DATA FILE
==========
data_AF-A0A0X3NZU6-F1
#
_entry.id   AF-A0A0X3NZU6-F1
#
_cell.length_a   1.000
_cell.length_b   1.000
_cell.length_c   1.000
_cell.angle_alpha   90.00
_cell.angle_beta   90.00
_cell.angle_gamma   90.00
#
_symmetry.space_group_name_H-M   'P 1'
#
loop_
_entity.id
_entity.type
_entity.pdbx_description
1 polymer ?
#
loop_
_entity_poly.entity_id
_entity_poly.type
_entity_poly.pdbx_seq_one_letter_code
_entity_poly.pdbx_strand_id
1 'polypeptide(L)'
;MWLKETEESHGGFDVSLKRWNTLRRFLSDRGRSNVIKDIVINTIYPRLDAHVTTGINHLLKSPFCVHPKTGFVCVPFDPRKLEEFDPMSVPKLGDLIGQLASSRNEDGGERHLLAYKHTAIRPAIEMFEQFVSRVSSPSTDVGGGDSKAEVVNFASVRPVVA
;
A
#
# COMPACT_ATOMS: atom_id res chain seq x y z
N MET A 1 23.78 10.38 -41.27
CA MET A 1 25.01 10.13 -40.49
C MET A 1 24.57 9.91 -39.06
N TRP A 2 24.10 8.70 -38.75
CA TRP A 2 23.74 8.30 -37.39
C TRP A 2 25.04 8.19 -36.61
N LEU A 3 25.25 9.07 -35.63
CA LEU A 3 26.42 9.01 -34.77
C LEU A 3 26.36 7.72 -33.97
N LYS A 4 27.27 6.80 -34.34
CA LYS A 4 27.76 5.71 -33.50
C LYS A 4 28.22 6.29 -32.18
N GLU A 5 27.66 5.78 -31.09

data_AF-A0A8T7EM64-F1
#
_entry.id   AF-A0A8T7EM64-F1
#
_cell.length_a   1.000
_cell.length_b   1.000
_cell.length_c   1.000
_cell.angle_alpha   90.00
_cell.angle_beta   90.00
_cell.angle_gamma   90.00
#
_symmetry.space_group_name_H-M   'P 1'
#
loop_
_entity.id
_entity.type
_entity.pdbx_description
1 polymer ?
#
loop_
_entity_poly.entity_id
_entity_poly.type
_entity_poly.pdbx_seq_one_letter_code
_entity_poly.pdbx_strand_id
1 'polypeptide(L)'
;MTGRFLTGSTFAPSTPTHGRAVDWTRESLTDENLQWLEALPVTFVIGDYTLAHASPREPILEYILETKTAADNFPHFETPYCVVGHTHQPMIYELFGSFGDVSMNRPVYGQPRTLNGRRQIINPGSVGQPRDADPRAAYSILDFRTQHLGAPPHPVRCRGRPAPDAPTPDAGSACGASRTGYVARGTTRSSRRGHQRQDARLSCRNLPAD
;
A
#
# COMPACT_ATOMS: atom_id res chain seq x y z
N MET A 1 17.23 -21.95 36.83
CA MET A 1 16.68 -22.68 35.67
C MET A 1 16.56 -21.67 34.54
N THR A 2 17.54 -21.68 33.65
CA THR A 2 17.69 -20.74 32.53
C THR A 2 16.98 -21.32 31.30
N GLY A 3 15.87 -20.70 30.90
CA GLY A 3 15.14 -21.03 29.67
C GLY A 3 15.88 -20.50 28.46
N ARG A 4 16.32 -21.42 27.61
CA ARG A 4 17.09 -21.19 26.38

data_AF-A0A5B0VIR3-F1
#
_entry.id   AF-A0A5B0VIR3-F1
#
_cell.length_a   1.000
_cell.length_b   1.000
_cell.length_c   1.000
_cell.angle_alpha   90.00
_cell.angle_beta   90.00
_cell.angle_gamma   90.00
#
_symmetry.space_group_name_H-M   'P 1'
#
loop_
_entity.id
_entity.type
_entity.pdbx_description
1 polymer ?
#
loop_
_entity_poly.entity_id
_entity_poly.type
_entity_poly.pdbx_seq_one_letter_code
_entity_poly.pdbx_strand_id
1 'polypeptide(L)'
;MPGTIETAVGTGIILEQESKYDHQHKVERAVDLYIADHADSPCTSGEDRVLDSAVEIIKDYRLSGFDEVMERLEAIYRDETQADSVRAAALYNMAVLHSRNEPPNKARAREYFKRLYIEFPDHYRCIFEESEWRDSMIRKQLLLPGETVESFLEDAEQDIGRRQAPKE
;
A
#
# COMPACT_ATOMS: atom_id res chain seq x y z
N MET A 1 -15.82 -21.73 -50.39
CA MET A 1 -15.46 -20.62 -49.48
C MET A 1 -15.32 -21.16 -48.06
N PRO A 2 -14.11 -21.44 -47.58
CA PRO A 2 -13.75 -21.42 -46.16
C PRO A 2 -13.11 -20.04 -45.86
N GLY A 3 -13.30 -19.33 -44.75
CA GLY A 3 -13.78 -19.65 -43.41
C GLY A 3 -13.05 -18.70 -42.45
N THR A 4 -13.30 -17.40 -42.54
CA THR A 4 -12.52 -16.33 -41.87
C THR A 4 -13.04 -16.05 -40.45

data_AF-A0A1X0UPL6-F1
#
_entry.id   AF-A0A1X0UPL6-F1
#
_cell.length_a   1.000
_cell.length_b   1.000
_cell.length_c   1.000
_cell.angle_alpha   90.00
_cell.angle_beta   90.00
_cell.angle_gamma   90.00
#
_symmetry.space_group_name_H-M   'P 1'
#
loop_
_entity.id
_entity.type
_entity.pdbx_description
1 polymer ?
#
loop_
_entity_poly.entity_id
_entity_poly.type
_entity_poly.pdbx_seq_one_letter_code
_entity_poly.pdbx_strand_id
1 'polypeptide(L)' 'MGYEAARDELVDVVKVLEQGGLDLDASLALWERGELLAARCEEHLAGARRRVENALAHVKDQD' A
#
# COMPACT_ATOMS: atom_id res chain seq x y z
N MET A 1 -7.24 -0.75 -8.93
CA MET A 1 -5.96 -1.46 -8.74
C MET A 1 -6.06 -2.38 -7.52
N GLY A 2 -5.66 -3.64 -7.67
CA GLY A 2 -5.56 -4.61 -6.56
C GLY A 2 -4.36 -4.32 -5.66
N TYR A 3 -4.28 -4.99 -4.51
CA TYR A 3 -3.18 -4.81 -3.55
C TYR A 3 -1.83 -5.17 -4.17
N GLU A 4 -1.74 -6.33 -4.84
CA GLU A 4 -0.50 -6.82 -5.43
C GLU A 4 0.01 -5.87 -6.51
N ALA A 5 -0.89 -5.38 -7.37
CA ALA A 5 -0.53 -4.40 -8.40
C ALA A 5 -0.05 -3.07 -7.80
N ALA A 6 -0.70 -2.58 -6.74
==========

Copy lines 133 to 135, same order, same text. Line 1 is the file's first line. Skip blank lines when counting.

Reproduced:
_cell.length_c   1.000
_cell.angle_alpha   90.00
_cell.angle_beta   90.00